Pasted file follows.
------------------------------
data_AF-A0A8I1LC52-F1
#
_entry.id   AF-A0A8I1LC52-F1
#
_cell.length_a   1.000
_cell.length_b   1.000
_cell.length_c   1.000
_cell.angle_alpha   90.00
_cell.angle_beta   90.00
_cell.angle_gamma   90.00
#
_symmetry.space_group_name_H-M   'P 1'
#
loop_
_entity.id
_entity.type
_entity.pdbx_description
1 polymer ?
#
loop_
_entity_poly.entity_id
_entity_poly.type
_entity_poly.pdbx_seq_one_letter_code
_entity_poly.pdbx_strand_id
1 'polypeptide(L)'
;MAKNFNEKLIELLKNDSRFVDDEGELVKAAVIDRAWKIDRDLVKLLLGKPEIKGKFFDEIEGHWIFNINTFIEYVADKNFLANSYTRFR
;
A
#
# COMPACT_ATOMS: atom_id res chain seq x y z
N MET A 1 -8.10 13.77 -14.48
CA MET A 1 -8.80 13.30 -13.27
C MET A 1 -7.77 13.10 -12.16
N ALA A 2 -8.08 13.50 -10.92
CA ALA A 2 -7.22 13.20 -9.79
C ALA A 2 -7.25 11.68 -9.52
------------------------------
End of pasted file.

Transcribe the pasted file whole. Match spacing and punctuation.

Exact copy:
data_AF-A0A8I1LC52-F1
#
_entry.id   AF-A0A8I1LC52-F1
#
_cell.length_a   1.000
_cell.length_b   1.000
_cell.length_c   1.000
_cell.angle_alpha   90.00
_cell.angle_beta   90.00
_cell.angle_gamma   90.00
#
_symmetry.space_group_name_H-M   'P 1'
#
loop_
_entity.id
_entity.type
_entity.pdbx_description
1 polymer ?
#
loop_
_entity_poly.entity_id
_entity_poly.type
_entity_poly.pdbx_seq_one_letter_code
_entity_poly.pdbx_strand_id
1 'polypeptide(L)'
;MAKNFNEKLIELLKNDSRFVDDEGELVKAAVIDRAWKIDRDLVKLLLGKPEIKGKFFDEIEGHWIFNINTFIEYVADKNFLANSYTRFR
;
A
#
# COMPACT_ATOMS: atom_id res chain seq x y z
N MET A 1 -8.10 13.77 -14.48
CA MET A 1 -8.80 13.30 -13.27
C MET A 1 -7.77 13.10 -12.16
N ALA A 2 -8.08 13.50 -10.92
CA ALA A 2 -7.22 13.20 -9.79
C ALA A 2 -7.25 11.68 -9.52